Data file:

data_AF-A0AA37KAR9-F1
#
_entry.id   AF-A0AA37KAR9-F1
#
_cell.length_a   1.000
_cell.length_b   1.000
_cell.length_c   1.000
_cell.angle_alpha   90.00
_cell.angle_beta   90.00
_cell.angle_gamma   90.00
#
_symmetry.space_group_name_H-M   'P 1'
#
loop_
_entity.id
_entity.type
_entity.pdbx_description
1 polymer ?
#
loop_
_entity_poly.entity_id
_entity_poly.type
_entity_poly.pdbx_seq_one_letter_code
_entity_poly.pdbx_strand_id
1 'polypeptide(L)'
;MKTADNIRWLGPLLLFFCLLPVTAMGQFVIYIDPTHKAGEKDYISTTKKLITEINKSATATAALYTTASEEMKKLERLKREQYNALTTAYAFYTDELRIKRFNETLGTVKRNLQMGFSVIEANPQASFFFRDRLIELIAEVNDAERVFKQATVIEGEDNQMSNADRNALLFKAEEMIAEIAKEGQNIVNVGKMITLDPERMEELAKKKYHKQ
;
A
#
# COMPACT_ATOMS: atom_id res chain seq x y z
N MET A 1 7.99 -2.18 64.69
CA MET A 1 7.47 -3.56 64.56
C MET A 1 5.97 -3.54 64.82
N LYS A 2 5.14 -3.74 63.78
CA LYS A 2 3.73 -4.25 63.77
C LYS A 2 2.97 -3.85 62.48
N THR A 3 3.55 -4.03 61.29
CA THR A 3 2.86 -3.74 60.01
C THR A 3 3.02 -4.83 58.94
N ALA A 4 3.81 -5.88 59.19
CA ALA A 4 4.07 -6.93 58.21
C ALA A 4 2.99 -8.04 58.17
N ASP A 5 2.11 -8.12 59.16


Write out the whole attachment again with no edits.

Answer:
data_AF-A0AA37KAR9-F1
#
_entry.id   AF-A0AA37KAR9-F1
#
_cell.length_a   1.000
_cell.length_b   1.000
_cell.length_c   1.000
_cell.angle_alpha   90.00
_cell.angle_beta   90.00
_cell.angle_gamma   90.00
#
_symmetry.space_group_name_H-M   'P 1'
#
loop_
_entity.id
_entity.type
_entity.pdbx_description
1 polymer ?
#
loop_
_entity_poly.entity_id
_entity_poly.type
_entity_poly.pdbx_seq_one_letter_code
_entity_poly.pdbx_strand_id
1 'polypeptide(L)'
;MKTADNIRWLGPLLLFFCLLPVTAMGQFVIYIDPTHKAGEKDYISTTKKLITEINKSATATAALYTTASEEMKKLERLKREQYNALTTAYAFYTDELRIKRFNETLGTVKRNLQMGFSVIEANPQASFFFRDRLIELIAEVNDAERVFKQATVIEGEDNQMSNADRNALLFKAEEMIAEIAKEGQNIVNVGKMITLDPERMEELAKKKYHKQ
;
A
#
# COMPACT_ATOMS: atom_id res chain seq x y z
N MET A 1 7.99 -2.18 64.69
CA MET A 1 7.47 -3.56 64.56
C MET A 1 5.97 -3.54 64.82
N LYS A 2 5.14 -3.74 63.78
CA LYS A 2 3.73 -4.25 63.77
C LYS A 2 2.97 -3.85 62.48
N THR A 3 3.55 -4.03 61.29
CA THR A 3 2.86 -3.74 60.01
C THR A 3 3.02 -4.83 58.94
N ALA A 4 3.81 -5.88 59.19
CA ALA A 4 4.07 -6.93 58.21
C ALA A 4 2.99 -8.04 58.17
N ASP A 5 2.11 -8.12 59.16